Why was it ironic they recited Kaddish, the prayer for the dead?Chapter 3, in concentration camp

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M.P. Ossa | College Teacher | (Level 1) Distinguished Educator

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In chapter 3 of the novel Nightby Elie Wiesel, we find the narrator walking through the path of cremation closely followed by his father. At this point the reality has sunk in: They are witnessing children being burned alive, as well as babies. This is a horrific moment that even brings Wiesel's father to tears.

It is at this precise time when Wiesel considers throwing himself at the barbed wire, since it would electrocute him faster and less painfully than the roasting fire. Since the men truly feel that they are about to be burned alive, some begin to sing the Jewish song of death, the Kaddish.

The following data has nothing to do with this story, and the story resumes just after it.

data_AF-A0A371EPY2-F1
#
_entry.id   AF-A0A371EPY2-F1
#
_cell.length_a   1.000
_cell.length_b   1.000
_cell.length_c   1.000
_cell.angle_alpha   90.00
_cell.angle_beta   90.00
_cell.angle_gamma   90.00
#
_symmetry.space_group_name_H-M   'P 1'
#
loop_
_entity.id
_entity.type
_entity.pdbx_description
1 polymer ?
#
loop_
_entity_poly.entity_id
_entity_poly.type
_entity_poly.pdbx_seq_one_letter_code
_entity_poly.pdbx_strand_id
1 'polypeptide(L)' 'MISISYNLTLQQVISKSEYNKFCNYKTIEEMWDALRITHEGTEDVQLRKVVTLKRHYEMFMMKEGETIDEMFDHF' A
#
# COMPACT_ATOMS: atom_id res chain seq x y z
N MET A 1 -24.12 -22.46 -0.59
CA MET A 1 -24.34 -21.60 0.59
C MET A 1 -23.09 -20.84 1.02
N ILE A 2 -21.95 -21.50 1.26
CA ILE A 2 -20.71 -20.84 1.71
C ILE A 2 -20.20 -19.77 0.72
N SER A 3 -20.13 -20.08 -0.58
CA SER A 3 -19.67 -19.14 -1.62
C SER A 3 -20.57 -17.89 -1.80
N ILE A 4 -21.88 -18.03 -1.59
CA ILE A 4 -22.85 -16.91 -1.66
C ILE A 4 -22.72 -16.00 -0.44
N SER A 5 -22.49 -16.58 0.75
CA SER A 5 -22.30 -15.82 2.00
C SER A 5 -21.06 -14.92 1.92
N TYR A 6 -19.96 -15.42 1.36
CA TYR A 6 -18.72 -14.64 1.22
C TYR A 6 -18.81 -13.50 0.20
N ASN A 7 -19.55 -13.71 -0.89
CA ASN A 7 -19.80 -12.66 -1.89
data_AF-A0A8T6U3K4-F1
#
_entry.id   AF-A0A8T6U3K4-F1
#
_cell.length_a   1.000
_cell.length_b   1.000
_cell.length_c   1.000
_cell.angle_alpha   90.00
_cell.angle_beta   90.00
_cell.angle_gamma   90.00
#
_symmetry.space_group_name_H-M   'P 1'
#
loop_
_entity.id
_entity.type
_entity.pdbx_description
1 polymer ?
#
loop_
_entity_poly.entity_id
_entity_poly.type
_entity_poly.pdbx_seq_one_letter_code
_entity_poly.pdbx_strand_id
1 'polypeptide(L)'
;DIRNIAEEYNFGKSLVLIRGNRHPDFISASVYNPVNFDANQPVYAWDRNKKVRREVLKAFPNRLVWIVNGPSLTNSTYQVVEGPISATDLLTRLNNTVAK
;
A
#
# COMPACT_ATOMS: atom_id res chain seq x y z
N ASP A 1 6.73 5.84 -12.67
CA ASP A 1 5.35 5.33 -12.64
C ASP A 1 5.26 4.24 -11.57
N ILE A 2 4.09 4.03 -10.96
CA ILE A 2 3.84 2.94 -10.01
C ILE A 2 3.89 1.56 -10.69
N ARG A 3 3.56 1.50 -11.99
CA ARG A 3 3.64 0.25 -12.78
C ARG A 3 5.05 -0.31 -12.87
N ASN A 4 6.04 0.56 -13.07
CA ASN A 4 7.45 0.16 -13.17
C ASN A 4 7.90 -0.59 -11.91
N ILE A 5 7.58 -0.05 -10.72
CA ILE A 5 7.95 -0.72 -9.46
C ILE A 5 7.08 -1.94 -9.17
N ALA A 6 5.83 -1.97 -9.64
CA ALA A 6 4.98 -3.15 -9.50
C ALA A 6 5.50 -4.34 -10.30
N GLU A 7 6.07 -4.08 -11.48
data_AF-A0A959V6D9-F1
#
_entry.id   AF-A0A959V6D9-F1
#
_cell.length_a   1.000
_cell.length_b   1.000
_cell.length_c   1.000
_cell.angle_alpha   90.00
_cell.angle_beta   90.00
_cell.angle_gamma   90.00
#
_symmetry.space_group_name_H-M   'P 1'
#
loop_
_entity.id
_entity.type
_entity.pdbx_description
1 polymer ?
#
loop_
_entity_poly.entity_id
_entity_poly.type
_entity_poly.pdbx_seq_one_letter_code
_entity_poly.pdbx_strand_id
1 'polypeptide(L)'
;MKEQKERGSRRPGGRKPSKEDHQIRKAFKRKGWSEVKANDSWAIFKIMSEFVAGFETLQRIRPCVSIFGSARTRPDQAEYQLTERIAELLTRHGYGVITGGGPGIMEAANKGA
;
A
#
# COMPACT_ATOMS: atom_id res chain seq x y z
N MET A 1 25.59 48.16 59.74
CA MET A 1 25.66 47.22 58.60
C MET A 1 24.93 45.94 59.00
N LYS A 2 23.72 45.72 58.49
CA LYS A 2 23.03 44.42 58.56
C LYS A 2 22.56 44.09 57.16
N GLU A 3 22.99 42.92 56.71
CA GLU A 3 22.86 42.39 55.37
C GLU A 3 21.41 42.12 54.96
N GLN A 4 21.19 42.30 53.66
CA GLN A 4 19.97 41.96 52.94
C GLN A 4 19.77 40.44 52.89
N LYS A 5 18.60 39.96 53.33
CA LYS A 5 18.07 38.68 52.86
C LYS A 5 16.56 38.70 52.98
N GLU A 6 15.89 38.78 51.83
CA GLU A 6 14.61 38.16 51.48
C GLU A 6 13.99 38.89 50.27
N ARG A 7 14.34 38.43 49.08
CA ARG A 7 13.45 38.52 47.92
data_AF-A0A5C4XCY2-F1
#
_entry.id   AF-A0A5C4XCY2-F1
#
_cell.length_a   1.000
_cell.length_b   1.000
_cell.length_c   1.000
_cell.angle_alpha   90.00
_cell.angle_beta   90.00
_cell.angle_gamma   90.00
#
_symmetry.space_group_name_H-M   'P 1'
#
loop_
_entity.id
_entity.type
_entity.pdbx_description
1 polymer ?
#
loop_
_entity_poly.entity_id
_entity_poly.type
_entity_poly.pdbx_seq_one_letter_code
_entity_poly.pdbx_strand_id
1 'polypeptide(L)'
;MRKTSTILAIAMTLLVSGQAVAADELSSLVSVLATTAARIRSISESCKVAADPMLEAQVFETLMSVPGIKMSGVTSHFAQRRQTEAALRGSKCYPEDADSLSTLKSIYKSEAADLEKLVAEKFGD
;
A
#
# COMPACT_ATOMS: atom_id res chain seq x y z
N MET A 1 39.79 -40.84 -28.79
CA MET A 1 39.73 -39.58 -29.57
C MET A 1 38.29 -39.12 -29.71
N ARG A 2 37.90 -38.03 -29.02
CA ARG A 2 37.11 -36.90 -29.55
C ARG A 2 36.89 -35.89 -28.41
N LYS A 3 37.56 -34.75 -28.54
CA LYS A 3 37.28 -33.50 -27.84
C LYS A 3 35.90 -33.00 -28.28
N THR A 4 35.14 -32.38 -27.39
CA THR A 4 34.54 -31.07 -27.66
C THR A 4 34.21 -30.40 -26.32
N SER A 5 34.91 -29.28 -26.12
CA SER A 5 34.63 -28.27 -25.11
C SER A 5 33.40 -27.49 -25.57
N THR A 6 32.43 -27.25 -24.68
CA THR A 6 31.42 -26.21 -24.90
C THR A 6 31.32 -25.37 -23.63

The irony of using the Kaddish: First, the Kaddish is sung by the mourner for the dead. In other cases, it is a song a strictly to be employed by the Rabbi.In this case, the men are singing the song on their own behalf. This means that they are either seeing themselves already as dead men walking, or that they feel as if the only mercy on them will come from their own hearts.

Either way, Ellie does not say the Kaddish. At this point, he stops believing in God. He has decided that God has left him at their own mercy. He does not feel it is fair to as mercy from Him.

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